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What Should I do When HIV Treatments are Failing Me?

Spring 1998

A note from TheBody.com: Since this article was written, the HIV pandemic has changed, as has our understanding of HIV/AIDS and its treatment. As a result, parts of this article may be outdated. Please keep this in mind, and be sure to visit other parts of our site for more recent information!

Hello to all the readers of the Women Alive Newsletter.

This is one of the most common questions that is now being asked: "What should I do now that my HIV therapy is failing me?" Well, there is no concrete information on exactly what to do.

Doctors are certainly scrambling to try and put a combination together. They are looking for ways to improve the health of their patients. This is especially important for the ones who have tried every combination of approved therapy and yet are still failing to respond to anti-HIV drug therapy.

Notice I stated, "to improve the health of the patient", which entails more than just boosting the immune system. The meanings of "health" include: physical health, intellectual health, emotional health, social and spiritual health. These are all connected to the healing of the body.

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Recycling Drugs

Some doctors are recycling drugs to their patients (using a drug which the patient had already used early on in the course of disease.) In some cases recycling these drugs has proven useful for a while but not usually for any significant length of time. Remember the HIV virus has seen these drugs before and could have developed some type of resistance to them.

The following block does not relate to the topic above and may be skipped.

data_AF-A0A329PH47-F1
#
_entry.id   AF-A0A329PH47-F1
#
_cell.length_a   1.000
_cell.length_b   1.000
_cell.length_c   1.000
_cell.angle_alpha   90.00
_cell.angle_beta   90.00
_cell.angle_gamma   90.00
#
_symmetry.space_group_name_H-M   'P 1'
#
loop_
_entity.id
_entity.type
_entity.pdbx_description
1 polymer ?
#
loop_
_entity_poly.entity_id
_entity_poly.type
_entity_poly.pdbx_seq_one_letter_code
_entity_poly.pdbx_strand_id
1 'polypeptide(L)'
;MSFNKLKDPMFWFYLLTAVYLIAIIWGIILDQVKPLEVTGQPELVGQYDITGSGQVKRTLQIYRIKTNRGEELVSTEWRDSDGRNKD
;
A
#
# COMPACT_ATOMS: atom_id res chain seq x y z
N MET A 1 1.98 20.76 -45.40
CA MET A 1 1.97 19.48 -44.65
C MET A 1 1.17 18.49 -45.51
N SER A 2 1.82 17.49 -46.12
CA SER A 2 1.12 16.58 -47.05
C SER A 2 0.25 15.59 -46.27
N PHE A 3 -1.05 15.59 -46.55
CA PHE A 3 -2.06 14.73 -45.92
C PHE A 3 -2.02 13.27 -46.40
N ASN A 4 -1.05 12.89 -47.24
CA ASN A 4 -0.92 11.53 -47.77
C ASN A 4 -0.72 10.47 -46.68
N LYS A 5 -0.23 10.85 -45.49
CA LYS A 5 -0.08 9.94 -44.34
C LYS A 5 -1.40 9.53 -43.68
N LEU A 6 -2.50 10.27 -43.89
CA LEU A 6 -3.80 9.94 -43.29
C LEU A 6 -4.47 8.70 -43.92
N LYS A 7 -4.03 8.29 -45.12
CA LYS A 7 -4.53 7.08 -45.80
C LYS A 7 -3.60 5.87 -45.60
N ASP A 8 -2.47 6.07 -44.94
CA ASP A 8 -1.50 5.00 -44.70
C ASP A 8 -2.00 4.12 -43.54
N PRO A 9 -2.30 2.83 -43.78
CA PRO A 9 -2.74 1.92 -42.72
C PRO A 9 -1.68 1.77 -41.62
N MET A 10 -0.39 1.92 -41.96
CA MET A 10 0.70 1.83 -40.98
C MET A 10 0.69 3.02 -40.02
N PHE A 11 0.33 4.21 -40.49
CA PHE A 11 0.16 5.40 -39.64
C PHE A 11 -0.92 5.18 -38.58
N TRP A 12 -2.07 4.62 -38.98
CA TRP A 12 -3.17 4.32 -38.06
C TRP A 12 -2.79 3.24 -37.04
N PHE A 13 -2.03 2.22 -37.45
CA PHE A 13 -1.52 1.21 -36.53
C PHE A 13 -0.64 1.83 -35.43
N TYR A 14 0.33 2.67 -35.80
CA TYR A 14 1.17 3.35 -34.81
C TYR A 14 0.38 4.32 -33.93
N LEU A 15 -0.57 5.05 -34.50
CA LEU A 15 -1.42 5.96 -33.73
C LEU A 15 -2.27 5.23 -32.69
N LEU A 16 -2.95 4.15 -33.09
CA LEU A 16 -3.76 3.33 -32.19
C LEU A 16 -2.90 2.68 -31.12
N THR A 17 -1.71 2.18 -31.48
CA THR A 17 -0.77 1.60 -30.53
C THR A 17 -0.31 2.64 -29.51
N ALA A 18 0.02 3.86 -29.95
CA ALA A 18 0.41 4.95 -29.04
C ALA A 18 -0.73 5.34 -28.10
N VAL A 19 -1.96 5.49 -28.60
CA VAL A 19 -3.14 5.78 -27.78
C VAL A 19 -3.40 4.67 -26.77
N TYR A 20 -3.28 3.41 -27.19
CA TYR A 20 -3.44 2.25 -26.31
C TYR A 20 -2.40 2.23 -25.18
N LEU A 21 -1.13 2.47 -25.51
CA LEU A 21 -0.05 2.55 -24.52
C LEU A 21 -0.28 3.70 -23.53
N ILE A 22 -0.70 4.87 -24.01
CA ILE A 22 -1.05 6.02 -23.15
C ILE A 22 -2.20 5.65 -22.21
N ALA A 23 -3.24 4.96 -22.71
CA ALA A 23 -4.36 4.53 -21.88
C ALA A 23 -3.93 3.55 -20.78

When we speak of drug treatment failure of antiretroviral medication, some doctors and lay people almost always think of that word, "non-compliant." Well guess what? Every woman or man whose drug treatment therapy is failing them, is not necessarily non-compliant. There could be other reasons for failure, such as prior exposure to treatments or resistance -- or the way the medications are absorbed into the individual's body may be inadequate.

These are just a few examples why we might experience drug treatment failure. Of course there are also those individuals whose drug treatment fails, and yet they are still doing fine "clinically." The antiviral medications are not working as well as they should be, yet the individual is functioning normally. Doctors are not seeing opportunistic infections in many people who still maintain an active lifestyle. They may continue to work, attend school and function normally through a daily routine.


New Meds

There are some new medications which are still in the study phase, but hopefully will be approved by the FDA and available very soon. Some of the new drugs may indeed help those of us who are no longer responding to existing therapies. In other words, some of the new drugs may be an effective "salvage therapy." These drugs are being used now in the Expanded Access Programs: 1592, called Abacavir, 141w94, called Amprenavir, DMP266, called Sustiva, and there is something called Adefavir. If your drug treatment is failing you, don't be afraid to ask your provider for information in regards to these new drugs, the expanded access programs, or other drugs being studied in AIDS clinical trials. They just might help you.

If your provider is not familiar with how to enroll you in one of the drug studies or expanded access programs, here is a number you can call: Pacific Oaks Research, (310) 360-8800. Remember: YOU are the BEST ADVOCATE that you can have.

Also look into alternative or complimentary therapies, which we also call concurrent therapies because you can do these things while you are taking medications. Complimentary therapies such as acupuncture and massage may have some healing abilities and at least they make you feel better.

If you have any questions or you need assistance in advocating for yourself, please feel free to give me a call at Women Alive: 213.965.1564 or 1.800.554.4876. Ask for Marilyn.

A note from TheBody.com: Since this article was written, the HIV pandemic has changed, as has our understanding of HIV/AIDS and its treatment. As a result, parts of this article may be outdated. Please keep this in mind, and be sure to visit other parts of our site for more recent information!



  
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This article was provided by Women Alive. It is a part of the publication Women Alive Newsletter.
 
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